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Self-Regulatory Organizations; Order Approving Proposed Rule Change by the American Stock Exchange LLC Amending Certain Listing Standards

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Start Preamble Start Printed Page 15672 March 17, 2000.

On September 28, 1999, the American Stock Exchange LLC (“Exchange” or “Amex” submitted to the Securities and Exchange Commission (“Commission”), pursuant to section 19(b)(1) of the Securities Exchange Act of 1934 (“Act”) [1] and Rule 19b-4 thereunder,[2] a proposed rule change amending certain of the Exchange's listing standards. The Exchange filed Amendments No. 1,[3] 2,[4] and 3 [4] to the proposed rule change on December 14, 1999, January 4, 2000, and January 19, 2000, respectively. The proposed rule change, as amended, was published for comment in the Federal Register on February 10, 2000.[6] The Commission received no comments on the proposal. This order approves the proposal, as amended.

II. Description of the Proposal

Due to the merger between the National Association of Securities Dealers (“NASD”) and the Amex, the qualification functions for the Nasdaq Stock Market (“Nasdaq”) and the Amex have been centralized in the Nasdaq-Amex Listing Qualifications Department (“Listing Qualifications”). As a result of this centralization, a number of Exchange rules have been reviewed with the goal of modernizing the Exchange's initial and continued listing process, creating consistent rules and processes across all the NASD's marketplaces, and reflecting the current business practices and procedures used by Listing Qualifications. This filing addresses those goals and makes other non-substantive changes to reflect changed job titles [7] and responsibilities following the merger, and clarifies the application of certain Exchange rules.

Application Process

Currently, Exchange rules encourage issuers to obtain an informal opinion from Amex staff, known as the Preliminary Listing Eligibility Opinion (“PLEO”), as to whether the issuer is eligible to list before formally applying to the Exchange. Because of the time involved for the issuer to prepare for this extra review and for staff to conduct this extra review, the PLEO process causes a delay in the time it takes for a final determination to be made on an issuer's application for listing on the Exchange. This process is also inconsistent with the Nasdaq process in which an application is filed at the outset of the process. As a result, when a issuer initially pursues listing on both markets, the issuer faces a delay in its ability to make a decision as to where to list. In order to streamline the application process, the Exchange proposes to eliminate the PLEO process. Accordingly, the Exchange proposes to delete sections 202 and 203 of the Listing Standards, Policies and Requirements and modify sections 101, 130, 201 and 211 to eliminate references to the PLEO process. Under the proposed revision, issuers will only file their completed listing application with the Exchange's staff.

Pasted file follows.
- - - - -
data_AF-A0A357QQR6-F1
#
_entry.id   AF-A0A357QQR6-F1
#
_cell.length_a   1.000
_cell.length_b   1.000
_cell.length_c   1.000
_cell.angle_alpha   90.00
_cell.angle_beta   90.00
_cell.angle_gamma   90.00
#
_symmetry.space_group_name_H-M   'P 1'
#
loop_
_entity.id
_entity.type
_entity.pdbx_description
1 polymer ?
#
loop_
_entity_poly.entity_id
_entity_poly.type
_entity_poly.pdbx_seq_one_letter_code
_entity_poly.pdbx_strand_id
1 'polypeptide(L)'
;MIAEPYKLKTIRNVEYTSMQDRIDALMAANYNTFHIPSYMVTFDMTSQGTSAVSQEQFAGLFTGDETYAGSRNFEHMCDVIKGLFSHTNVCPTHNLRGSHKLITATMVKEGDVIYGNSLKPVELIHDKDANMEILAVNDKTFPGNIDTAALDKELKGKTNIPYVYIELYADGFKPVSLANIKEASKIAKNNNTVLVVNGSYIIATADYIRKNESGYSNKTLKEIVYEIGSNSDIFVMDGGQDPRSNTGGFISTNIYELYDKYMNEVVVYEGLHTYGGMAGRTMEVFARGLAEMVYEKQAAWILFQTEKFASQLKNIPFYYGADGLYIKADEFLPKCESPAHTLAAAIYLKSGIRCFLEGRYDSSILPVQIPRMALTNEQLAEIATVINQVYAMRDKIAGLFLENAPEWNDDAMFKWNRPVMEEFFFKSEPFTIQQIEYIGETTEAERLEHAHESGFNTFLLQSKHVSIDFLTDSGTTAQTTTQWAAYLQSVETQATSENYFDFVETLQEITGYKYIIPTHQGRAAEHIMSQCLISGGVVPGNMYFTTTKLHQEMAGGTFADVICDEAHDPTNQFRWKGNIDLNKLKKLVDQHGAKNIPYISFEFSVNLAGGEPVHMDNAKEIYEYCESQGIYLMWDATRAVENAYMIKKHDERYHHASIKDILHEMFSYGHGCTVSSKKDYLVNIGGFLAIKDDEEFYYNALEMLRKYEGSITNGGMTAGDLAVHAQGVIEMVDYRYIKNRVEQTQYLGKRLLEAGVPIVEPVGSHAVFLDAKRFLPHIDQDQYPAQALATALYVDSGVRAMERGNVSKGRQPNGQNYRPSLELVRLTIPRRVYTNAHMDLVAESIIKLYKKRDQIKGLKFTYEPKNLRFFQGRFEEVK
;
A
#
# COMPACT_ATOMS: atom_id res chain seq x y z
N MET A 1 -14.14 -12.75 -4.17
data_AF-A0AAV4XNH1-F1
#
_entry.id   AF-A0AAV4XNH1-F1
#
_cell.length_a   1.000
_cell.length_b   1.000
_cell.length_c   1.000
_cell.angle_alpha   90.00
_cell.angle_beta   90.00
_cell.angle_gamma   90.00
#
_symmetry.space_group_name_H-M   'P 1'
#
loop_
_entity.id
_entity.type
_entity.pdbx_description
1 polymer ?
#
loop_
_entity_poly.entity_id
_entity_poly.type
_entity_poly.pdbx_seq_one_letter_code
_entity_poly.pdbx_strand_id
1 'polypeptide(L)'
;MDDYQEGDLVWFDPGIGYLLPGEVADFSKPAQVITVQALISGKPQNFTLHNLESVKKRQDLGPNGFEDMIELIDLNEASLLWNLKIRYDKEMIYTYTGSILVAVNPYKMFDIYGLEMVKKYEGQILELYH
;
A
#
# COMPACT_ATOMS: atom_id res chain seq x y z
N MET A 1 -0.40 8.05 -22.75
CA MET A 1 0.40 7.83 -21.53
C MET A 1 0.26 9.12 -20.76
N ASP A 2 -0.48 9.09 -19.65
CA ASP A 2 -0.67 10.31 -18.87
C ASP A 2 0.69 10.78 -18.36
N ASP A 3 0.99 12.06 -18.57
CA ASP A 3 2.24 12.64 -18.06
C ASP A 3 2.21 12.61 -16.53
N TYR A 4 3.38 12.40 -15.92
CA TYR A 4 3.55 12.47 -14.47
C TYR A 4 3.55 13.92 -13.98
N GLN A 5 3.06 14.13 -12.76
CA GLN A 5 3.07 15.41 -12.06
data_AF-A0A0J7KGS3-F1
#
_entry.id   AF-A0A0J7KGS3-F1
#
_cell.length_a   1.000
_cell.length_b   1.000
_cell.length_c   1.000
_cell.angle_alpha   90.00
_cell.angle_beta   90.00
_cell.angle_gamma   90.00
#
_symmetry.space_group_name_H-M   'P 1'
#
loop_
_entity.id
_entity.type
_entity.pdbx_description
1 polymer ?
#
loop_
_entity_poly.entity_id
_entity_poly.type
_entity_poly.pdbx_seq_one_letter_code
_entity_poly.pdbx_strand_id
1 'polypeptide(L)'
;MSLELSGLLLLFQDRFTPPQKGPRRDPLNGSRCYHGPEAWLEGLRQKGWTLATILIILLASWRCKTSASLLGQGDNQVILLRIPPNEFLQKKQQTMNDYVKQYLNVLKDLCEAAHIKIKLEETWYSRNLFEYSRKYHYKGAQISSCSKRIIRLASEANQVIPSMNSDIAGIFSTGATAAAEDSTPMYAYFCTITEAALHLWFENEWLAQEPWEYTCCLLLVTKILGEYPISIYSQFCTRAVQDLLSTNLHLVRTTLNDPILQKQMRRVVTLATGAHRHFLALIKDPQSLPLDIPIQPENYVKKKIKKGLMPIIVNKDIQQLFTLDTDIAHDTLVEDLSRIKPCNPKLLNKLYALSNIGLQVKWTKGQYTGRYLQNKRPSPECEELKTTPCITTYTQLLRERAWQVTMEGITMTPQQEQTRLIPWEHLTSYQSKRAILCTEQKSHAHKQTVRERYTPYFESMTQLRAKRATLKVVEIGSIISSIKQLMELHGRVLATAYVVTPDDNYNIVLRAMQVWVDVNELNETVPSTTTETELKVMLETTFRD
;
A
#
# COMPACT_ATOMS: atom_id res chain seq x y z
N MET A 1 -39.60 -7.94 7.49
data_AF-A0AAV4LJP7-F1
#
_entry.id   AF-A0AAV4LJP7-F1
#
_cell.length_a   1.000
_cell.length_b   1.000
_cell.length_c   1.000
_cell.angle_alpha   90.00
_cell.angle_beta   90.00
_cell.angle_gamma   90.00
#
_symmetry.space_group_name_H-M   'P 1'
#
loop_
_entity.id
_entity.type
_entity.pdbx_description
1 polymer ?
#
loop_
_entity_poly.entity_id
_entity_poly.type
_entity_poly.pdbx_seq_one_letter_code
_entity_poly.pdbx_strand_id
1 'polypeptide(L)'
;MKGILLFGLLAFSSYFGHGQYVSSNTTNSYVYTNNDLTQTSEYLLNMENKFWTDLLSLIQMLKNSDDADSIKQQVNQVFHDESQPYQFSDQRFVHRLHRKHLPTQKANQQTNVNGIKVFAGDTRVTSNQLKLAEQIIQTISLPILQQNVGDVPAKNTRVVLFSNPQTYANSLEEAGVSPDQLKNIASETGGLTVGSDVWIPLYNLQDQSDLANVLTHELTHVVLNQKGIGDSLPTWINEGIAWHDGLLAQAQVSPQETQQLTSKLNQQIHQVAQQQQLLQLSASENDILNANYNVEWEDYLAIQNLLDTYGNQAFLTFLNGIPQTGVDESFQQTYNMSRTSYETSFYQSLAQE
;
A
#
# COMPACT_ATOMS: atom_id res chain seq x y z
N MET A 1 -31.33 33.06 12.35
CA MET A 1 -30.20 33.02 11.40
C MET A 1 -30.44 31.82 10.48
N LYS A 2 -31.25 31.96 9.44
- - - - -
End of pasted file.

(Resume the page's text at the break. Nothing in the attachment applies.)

In addition, Exchange rules currently require a number of documents to be submitted with an original listing application. The Exchange proposes to eliminate certain requirements, including the Exchange's Listing Form 2 (Certificate of Distribution), Charter, By-Laws, Specimen Certificates, Trustee Certificates, Form for Indenture, Board Resolutions and certain contracts. Many of these documents are electronically available through an Issuer's public filings, or they are generally available to Listing Qualifications through other means (or upon request by Exchange staff from the issuer). Therefore, the Exchange proposes to remove these general requirements and instead request specific documents as necessary.[8] Specifically, the Exchange proposes to modify sections 213, 216, 218, 305, 306, and 702 to reflect these changes.

Similarly, the Exchange proposes that issuers no longer be required to obtain an opinion of counsel which, among other things, relates to the legality of the organization and existence of the issuer and the validity of the securities to be listed. These rules were originally enacted to prevent unauthorized securities from entering into the market and to protect the Exchange from legal liability, which might arise from the listing and trading of such securities. Today, however, such concerns are addressed through other means. In particular, an issuer's independent auditor reviews the issuance of securities as part of its annual audit and, generally, legal comfort is provided to market participants with respect to most securities issuances, including public offerings. Furthermore, the Exchange is largely protected from legal claims against it by its status as a self-regulatory organization. Accordingly, the Exchange proposes to delete requirements related to opinions of counsel in sections 213, 216, 218, and 306 of the Listing Standards.[9]